Coach Blanke Dead at 87
Our beloved Coach Jules Blanke passed during the morning of Tuesday, February 17th, from a sudden heart attack. Those of us that had the incredibly good fortune to have attended McKinley were blessed with the truly magnificent experience of knowing this incredible human being. A wonderful man that touched the lives of so many Goldbugs was a surrogate father to many of us long after our days at McKinley. A true legend in so many ways, there will never be another Coach.

Visitation and Funeral...
Visitation for Coach Blanke was at Kutis - Affton on Thursday, February 19th. Kutis officials estimated nearly 1000 people paid their respects to Coach that evening.

Funeral services were held on Friday, February 20th at Christ Memorial Lutheran Church, where Coach and Martha attended every Sunday. Click here to read John Glore's moving eulogy from the service.

Embodiment of the Goldbug Spirit...
Coach Blanke was not only the most loved person that ever attended McKinley, he was also one of the most loving of persons that ever blessed our school. He would rarely settle for shaking your hand, but insisted on giving you a hug and to tell you he loved you.

He was much more than a coach to everyone that knew him. Coach was mentor, counselor, advisor, coach, teacher -- and most of all -- friend. In a recent interview, he was asked, “What do you want people to say about you after you’re gone?” He laughed “Oh - it doesn’t make that much difference, I think. I’d like to get up and tell them - everybody from McKinley - how nice they are to me. They all treat me great. That’s about all.” He was great to and for us. He will be greatly missed.

A Tribute by Spiro Athanas '60...
Jules Blanke, the man who earned the right to be called “Mr. McKinley High School” through many years of service to our school and its students died Tuesday, February 17, 2004. I know of few men who had a more profound and positive impact on the lives of so many young people than Coach Blanke. Through the force of his personality and the strength of his character he made just about everyone he coached, taught and knew feel better about themselves and what they could accomplish in this life.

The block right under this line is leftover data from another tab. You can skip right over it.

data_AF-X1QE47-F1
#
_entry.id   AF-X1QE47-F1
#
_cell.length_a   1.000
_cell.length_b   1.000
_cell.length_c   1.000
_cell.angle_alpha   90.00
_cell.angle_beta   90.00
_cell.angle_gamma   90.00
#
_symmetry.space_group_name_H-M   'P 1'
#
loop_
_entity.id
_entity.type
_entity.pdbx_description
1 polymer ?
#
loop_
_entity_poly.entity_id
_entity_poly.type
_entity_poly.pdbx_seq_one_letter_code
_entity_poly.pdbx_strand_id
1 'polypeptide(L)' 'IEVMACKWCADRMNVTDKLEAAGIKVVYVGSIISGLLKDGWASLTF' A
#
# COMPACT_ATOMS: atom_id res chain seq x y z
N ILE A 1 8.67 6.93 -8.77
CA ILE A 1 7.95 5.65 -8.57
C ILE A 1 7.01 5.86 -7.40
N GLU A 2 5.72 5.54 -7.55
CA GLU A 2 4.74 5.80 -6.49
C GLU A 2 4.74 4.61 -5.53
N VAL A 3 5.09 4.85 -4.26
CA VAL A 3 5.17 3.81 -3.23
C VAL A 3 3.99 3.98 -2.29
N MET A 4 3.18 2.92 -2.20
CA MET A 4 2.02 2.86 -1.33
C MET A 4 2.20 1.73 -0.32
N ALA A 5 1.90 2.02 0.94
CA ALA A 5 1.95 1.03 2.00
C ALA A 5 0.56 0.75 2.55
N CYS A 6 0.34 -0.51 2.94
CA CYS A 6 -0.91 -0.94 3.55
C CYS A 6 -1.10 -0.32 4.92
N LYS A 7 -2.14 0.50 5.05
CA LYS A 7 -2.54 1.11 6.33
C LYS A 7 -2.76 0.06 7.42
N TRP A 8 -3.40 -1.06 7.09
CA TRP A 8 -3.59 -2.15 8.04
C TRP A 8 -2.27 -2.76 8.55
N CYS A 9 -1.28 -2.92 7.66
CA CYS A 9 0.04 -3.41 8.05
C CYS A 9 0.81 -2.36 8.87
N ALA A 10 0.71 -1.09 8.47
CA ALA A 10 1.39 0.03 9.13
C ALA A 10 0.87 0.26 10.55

The last time I saw coach Blanke was in September, 2003 at my 42nd Class Reunion. I spoke to him briefly three times during the course of the evening. He was happily afflicted with whatever you call the opposite of Alzheimer’s disease. I swear the man’s memory actually improved with age. We spoke of old times, of course, games won and lost, my teammates and his coaching colleagues. But most memorably, at the end of each of our encounters he hugged me before we went our separate ways. The last time, in a corridor as we were leaving, he hugged me and kissed me on the forehead. It was precisely that kind of sympathetic humanity that made Jules Blanke loved and respected by all who were privileged to have known him.

A Tribute by John Glore '61...
Coach Blanke was known and loved by everyone who attended McKinley during those 32 years. When you think of St. Louis, you think of the Cardinals; when you think of the Cardinals, you think of Jack Buck and Stan Musial; well when you think of McKinley, you think of Coach Blanke.

He reflected the values and the strong work ethic of the working class community on the near south side of St. Louis. McKinley did not have a gym, a football field, or a baseball diamond. His football teams practiced on a vacant lot with no grass and too small to practice punts and kickoffs. The physical education classes had to run the 50 yard dash around a curve. His baseball teams walked a mile to Lemp Park for practice. Mr. Blanke never complained about lack of facilities. The 1960 team, which was undefeated, once practiced in the middle of the street for a Thanksgiving day game when rain made the practice field a real quagmire.

He developed his players into fine young men. His McKinley football teams won league titles in '46, '52, '56, '58, '59, '60, and '77. His 1977 team did not allow a single touchdown to be scored against them through the air. That same team averaged 23 points per game on offense. His 1960 team allowed only 45 points to be scored against them the entire season, and had an offense that did not punt the entire season.

When Coach Blanke wasn't coaching or teaching, he was caring for an injured athlete, mending broken equipment, working on the practice field, or making a home visit. He truly cared about his players. If you wore the black and gold of McKinley, and played for Coach Blanke, you were always going to be one of his kids. He told his teams, "When you win, you win for McKinley High School." His teams were a reflection of him: hard work and always demonstrating good sportsmanship. His teams won with dignity and lost with honor. He cried at special events and believed that the team was a family long before Dick Vermeil entered the coaching profession. He took us all and made us a collective one.

I am proud to say that I attended McKinley High School and played for Coach Blanke. He has been a role model and inspiration in my life. He inspired players, cheerleaders, all students, and other faculty members. I know that everyone from McKinley would echo these thoughts. We loved him and will miss him, but he will always be with us, because he really is a part of us.

For additional Goldbug tributes written about our beloved Coach, please click on the photo of June McFarland Rideout '59 and Coach, taken at the October luncheon.